Commissioned Based Fine Art Business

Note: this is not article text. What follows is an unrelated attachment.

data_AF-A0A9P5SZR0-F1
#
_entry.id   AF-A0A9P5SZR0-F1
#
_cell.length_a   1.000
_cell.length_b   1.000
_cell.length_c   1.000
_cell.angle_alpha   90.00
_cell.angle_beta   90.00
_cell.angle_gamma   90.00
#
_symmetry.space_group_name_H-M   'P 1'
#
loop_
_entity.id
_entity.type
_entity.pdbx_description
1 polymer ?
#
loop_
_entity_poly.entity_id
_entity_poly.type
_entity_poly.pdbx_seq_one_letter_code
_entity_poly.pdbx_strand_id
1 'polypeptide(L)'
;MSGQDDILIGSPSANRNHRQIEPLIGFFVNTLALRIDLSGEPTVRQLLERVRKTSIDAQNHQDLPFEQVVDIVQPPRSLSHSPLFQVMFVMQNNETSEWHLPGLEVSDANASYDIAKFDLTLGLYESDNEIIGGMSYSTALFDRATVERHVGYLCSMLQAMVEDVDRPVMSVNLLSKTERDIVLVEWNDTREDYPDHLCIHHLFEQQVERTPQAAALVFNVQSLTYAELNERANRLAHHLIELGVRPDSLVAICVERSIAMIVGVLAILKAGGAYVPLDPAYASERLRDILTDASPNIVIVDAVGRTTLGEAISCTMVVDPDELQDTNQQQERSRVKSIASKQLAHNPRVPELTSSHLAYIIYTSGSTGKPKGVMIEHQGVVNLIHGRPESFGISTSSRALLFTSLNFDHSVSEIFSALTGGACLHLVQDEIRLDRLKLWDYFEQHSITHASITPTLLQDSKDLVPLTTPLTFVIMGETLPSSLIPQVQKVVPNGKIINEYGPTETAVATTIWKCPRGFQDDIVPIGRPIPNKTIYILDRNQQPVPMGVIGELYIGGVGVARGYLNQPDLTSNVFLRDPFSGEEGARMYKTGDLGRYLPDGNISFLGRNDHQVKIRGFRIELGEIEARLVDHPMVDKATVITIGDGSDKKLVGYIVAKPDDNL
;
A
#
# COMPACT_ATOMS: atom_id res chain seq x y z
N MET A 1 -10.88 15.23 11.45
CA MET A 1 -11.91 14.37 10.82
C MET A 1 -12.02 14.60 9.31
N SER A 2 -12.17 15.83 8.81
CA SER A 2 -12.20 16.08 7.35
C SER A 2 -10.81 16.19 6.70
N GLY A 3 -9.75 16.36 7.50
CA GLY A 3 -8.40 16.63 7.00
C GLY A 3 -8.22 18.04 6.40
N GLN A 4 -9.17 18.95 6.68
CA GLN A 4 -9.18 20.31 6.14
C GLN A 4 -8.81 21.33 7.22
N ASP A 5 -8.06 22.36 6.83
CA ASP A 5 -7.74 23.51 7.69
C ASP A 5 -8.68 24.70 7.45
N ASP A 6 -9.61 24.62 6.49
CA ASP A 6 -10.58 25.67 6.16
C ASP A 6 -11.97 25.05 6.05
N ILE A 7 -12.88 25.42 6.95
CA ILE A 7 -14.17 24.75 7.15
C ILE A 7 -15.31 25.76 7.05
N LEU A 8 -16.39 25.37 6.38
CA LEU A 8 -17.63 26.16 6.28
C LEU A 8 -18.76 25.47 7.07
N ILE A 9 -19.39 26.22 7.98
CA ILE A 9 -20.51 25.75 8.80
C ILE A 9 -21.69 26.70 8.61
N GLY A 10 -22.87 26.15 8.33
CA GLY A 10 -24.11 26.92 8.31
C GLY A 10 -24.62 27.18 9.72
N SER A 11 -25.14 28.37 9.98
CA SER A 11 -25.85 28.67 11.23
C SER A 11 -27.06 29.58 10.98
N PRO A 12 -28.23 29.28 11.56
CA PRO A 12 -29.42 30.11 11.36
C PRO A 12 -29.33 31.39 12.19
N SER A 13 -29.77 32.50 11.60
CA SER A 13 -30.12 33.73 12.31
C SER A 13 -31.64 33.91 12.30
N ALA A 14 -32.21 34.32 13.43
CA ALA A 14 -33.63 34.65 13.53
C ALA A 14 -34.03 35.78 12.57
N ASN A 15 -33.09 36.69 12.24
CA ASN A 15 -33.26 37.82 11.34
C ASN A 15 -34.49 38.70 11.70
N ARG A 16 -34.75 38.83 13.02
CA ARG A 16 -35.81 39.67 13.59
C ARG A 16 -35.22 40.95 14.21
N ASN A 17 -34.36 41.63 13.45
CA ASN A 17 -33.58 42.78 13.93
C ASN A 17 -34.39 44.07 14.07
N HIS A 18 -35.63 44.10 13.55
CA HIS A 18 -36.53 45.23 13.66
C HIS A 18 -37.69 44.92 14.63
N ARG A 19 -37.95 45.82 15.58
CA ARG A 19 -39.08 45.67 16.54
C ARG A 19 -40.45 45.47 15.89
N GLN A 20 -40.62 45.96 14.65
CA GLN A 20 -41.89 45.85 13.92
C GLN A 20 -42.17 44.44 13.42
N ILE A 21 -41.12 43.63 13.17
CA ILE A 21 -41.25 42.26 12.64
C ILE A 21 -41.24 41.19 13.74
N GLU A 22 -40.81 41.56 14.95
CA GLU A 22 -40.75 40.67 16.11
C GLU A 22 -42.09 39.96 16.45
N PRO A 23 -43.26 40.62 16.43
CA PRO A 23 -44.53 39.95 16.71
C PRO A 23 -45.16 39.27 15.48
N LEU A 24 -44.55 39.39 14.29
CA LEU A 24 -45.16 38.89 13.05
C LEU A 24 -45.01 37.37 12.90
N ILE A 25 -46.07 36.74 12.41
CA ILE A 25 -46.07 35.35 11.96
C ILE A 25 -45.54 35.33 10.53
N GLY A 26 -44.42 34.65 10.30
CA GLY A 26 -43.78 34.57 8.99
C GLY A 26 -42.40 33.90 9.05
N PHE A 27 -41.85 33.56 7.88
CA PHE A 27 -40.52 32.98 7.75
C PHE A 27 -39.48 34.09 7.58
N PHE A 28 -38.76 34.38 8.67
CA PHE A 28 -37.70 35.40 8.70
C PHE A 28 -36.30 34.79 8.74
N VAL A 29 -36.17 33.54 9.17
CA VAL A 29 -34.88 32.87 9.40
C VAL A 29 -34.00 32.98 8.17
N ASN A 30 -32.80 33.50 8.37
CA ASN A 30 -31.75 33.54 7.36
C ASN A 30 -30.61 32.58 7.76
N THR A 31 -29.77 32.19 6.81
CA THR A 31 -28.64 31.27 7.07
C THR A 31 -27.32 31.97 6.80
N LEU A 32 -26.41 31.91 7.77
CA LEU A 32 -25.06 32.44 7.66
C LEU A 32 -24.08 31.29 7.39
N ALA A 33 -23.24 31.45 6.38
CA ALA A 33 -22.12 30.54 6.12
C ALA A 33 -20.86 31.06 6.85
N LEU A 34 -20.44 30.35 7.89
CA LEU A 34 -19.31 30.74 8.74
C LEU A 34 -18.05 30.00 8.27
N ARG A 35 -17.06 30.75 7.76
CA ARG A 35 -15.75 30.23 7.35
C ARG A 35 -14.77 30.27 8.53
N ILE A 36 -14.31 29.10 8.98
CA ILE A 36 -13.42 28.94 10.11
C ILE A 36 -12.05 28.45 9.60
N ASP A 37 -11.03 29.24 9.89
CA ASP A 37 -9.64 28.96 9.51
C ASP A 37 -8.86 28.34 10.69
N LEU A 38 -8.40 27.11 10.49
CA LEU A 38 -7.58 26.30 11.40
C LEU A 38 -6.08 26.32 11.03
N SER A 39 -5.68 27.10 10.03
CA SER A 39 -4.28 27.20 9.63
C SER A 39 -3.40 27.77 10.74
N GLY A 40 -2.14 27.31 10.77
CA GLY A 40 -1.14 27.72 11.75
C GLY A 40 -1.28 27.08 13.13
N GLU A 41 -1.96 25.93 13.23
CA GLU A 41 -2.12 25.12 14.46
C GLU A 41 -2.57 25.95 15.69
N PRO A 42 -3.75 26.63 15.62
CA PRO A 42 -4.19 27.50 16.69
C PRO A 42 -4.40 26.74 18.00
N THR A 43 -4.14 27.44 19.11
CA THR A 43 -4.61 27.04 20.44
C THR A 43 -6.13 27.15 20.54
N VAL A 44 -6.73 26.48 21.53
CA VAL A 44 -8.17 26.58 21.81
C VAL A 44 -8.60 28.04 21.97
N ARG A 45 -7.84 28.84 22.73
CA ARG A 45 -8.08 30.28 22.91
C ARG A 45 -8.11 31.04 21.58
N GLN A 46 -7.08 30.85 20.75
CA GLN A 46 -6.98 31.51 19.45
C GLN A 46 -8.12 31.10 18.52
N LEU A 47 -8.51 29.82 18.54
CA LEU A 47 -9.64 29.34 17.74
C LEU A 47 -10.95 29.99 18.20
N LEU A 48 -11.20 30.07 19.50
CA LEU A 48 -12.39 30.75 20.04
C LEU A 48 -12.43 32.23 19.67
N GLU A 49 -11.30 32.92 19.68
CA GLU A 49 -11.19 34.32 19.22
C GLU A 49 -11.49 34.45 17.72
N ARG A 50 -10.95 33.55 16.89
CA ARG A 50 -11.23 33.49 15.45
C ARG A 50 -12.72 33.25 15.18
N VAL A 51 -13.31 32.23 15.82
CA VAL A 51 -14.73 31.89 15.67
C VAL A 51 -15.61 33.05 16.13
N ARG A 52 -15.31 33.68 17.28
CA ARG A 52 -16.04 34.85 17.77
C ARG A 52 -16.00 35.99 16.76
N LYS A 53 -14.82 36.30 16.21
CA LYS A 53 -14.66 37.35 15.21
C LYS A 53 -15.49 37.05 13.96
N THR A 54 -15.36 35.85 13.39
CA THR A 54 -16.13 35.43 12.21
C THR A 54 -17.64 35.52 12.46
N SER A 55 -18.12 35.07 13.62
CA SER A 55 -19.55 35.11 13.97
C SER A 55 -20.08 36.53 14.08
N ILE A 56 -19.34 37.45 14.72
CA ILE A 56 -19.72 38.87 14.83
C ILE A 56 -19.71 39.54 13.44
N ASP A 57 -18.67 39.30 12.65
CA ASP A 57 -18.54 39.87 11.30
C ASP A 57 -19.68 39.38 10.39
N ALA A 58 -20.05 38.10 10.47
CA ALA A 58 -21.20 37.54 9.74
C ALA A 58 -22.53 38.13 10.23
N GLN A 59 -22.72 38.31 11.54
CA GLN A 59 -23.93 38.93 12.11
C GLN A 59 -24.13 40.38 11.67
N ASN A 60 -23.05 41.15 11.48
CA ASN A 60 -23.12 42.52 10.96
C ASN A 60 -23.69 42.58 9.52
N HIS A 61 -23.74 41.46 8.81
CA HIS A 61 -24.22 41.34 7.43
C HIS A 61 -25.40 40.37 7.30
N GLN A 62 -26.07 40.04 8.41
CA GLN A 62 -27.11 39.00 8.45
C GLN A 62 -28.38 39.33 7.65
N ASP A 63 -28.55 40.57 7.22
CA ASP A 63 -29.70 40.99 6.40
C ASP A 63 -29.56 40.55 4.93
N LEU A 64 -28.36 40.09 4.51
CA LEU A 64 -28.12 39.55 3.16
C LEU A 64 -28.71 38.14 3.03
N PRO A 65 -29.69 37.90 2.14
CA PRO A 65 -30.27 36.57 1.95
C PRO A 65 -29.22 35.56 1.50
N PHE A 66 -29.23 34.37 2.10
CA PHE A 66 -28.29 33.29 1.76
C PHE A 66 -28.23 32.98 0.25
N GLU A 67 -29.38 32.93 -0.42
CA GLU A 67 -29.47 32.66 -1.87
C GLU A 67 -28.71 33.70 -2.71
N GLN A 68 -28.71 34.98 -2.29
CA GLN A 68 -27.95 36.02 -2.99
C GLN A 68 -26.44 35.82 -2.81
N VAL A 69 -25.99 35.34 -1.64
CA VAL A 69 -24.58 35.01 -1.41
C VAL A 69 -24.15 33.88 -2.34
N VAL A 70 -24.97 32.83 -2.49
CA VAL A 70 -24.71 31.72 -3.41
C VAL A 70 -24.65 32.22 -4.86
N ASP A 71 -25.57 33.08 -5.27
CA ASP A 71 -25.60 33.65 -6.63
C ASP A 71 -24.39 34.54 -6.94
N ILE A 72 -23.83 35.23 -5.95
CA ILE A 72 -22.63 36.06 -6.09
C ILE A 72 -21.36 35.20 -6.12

[caption id="attachment_751" align="alignnone" width="550" caption="San Francisco based Artist & CEO"][/caption] My art patrons, who commissioned the Benovia vineyard painting series, recently asked me how I go about doing business as a fine artist. I’m often asked this, so I decided to share my answer. I have built my business as commissioned-based since I decided to commit to painting full time. People often confuse the word commission with consignment. Consignment describes the arrangement that most art galleries require of artists. The title to the art is held by the artist while the art gallery acts as the agent for the sale of the art. The artists gets paid if and when their art sells. This requires the artist to work on speculation and to accept a 50% to 60% payment from the gallery. Although it’s illegal for art galleries to demand exclusivity, they require that the artists work with no other art galleries in the large geographic market they define. That means that art galleries will typically require that the artist not sell anything on their own website. Commissioned art is paid for in advance by enthusiastic collectors. Not all artists accept commissions and even if they do, some do this with a certain reluctance. Generally artists are reluctant to accept commissions because they have not managed their collector’s expectations very well and they don't have a clear agreement. I have, and I always will, embrace private commissions. Not only does it make more business sense, it allows my collectors and I to get to know one another. I enjoy our interaction and getting to know each patron. I find energy and inspiration in creating a series or a canvas for someone. And I think it makes me more mindful of the gift of art. It’s a personal interaction. This is also why I don’t accept all commission requests.